He enrolled at the University of Maryland in 1968. College Park was as far from Baltimore as he was willing to venture, and even that turned out to be too far. “I had never been totally in a white environment,” he says. “My insecurities just overwhelmed me, and after two years I came home.” In 1970, his girlfriend got pregnant, so they married. He was 19. Eager to prove himself in some way in the wider world, he joined the Army Reserves. . . .Boston.com
* * * * *
Chinese name “Wei Yafeng,” derived from “Wei” for flourishing or blossoming, and “Yafeng,” the title of a section of poems from the Book of Songs, the oldest anthology of Chinese poetry.
Since Water Song, Weaver has published eight more collections of poetry, including Multitudes, Sandy Point, and The Ten Lights of God, all of which appeared in 2000. His full length play Rosa was produced in 1993 at Venture Theater in Philadelphia under a small-Equity contract. His short fiction appears in Gloria Naylors Children of the Night and in Maria Gillans Identity Lessons.
Weaver has been a Pew fellow in poetry and taught in National Taiwan University and Taipei National University of the Arts in Taiwan as a Fulbright Scholar. At Simmons College in Boston, Massachusetts, he is the Alumnae Professor of English and director of the Zora Neale Hurston Literary Center. In addition, he is Chairman of the Simmons International Chinese Poetry Conference. Poets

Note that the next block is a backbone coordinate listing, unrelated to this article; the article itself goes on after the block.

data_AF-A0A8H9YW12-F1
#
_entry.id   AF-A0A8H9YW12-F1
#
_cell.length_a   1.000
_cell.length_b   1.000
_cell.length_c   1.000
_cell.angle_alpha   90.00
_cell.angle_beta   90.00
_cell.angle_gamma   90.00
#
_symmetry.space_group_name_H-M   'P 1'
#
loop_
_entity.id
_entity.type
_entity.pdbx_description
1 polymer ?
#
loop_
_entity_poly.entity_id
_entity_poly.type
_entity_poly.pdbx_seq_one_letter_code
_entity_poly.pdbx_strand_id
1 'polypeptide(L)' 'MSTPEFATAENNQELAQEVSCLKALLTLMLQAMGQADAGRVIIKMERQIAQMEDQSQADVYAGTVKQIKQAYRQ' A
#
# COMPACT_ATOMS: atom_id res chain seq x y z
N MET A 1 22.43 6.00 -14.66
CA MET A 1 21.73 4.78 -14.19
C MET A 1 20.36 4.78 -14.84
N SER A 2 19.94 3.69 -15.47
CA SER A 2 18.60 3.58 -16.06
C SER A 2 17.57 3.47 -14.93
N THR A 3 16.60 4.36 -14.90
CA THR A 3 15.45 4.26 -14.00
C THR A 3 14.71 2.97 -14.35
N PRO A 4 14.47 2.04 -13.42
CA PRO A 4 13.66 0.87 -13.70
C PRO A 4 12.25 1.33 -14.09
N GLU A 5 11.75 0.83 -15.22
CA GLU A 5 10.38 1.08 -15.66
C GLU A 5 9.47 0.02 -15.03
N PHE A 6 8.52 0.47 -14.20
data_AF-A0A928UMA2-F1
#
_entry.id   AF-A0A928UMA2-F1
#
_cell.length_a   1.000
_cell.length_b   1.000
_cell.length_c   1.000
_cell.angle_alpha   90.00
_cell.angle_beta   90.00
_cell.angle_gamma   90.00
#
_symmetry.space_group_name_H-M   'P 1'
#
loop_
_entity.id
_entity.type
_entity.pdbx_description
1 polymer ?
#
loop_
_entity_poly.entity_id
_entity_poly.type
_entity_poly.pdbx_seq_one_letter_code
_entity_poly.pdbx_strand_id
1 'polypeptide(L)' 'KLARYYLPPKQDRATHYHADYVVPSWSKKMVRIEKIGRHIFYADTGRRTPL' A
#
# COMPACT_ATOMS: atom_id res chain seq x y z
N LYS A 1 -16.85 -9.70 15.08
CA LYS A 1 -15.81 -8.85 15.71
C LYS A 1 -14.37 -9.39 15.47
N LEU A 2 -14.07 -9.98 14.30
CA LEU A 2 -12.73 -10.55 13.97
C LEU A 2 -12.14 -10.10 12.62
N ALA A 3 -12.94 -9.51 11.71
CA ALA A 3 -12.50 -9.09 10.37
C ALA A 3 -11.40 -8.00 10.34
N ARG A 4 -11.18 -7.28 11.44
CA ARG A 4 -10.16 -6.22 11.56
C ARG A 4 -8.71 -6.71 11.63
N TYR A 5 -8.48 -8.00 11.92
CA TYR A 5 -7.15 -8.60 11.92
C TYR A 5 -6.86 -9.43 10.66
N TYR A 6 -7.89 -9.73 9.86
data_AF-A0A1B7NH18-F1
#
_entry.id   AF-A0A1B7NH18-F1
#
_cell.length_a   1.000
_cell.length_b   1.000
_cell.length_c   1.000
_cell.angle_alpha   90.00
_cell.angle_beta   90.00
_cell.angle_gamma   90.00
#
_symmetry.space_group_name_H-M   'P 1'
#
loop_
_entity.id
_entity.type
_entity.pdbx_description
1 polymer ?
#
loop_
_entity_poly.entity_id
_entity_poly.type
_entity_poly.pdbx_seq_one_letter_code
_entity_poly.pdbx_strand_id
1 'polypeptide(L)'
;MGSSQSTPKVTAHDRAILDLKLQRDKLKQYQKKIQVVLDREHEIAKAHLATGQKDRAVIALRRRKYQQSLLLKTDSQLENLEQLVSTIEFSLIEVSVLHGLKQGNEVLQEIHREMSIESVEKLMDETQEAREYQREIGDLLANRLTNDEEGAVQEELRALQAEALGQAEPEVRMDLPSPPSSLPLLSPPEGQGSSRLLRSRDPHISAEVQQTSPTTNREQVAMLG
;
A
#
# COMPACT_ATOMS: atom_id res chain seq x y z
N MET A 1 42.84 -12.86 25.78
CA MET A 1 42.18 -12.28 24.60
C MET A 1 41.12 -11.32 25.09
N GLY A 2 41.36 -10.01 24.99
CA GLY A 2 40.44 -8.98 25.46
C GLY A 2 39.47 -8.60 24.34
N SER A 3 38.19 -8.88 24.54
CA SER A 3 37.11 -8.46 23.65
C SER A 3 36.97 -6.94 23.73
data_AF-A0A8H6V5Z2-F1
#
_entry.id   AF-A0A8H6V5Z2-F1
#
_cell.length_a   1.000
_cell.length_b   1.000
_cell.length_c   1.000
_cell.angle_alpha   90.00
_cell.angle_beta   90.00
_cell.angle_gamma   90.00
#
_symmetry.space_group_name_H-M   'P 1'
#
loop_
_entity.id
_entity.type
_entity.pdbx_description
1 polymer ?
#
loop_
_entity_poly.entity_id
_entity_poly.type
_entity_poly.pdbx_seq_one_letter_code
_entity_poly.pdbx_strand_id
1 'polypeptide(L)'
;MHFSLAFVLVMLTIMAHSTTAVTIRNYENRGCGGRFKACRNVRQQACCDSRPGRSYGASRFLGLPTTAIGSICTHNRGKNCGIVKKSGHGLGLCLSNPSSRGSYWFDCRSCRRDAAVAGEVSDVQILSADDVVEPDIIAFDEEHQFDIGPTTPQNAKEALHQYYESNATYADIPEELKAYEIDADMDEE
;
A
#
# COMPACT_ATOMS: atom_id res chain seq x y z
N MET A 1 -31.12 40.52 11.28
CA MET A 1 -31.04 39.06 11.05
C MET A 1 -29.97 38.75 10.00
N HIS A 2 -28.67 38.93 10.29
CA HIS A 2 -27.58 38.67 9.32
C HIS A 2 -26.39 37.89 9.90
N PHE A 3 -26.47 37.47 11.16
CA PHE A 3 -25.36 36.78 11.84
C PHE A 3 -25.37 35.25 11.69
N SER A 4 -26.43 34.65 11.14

* * * * *
List of published books Water Song. Callaloo Press/University of Virginia, 1985 some days it’s a slow walk to evening. Paradigm Press, 1989. My Father’s Geography. University of Pittsburgh Press, 1992.
Gathering Voices: An Anthology of Baltimore Poets, 1986 Stations in a Dream. Dolphin Moon Press, 1993. Timber and Prayer, University of Pittsburgh, 1995. Talisman. Tia Chucha Press/Northwestern University, 1998.
These Hands I Know: African-American Writers on Family, 2002 The Ten Lights of God. Bucknell University Press, 2000. Sandy Point. The Press of Appletree Alley, 2000. Multitudes. Sarabande Books, 2000.Professional Theater Productions:Rosa. Venture Theater, Philadelphia, 1993. Small Equity production.Elvira and the Lost Prince. ETA Theater, Chicago, 1993. PDI Award.
* * * * *
Afaa Michael Weaver Speaks
In 1974 I published my first poem in a student publication at the University of Maryland, College Park, and in 1975, I gave my first poetry reading, again at the University of Maryland. In the late 1970s I began to publish more regularly in small journals. The manuscript of my first book, Water Song, was a finalist in the 1983 Walt Whitman Award competition, and in 1985 it was published in the Callaloo series at the University of Virginia. Since that first book, I have published nine others, and an eleventh collection, a translation into Arabic is now in press
In 1980 I launched my career as a free lancer for the Baltimore Sunpapers by writing op-eds. As the years went by I also wrote feature stories, book reviews, and travel stories. I also wrote for the Baltimore City Paper, the Baltimore Afro-American, the Philadelphia Inquirer, the Boston Globe, and the Chicago Tribune.
In 1980 I founded 7th Son Press and the literary journal Blind Alleys. The journal was active for five years, and 7th Son was a partner in the publication of an anthology of Baltimore poets entitled Gathering Voices along with Tropos press and Dolphin-Moon press. In 1996, I took over Obsidian III at North Carolina State University and headed that journal until December, 2001, when I resigned in order to pursue my Fulbright in Taiwan.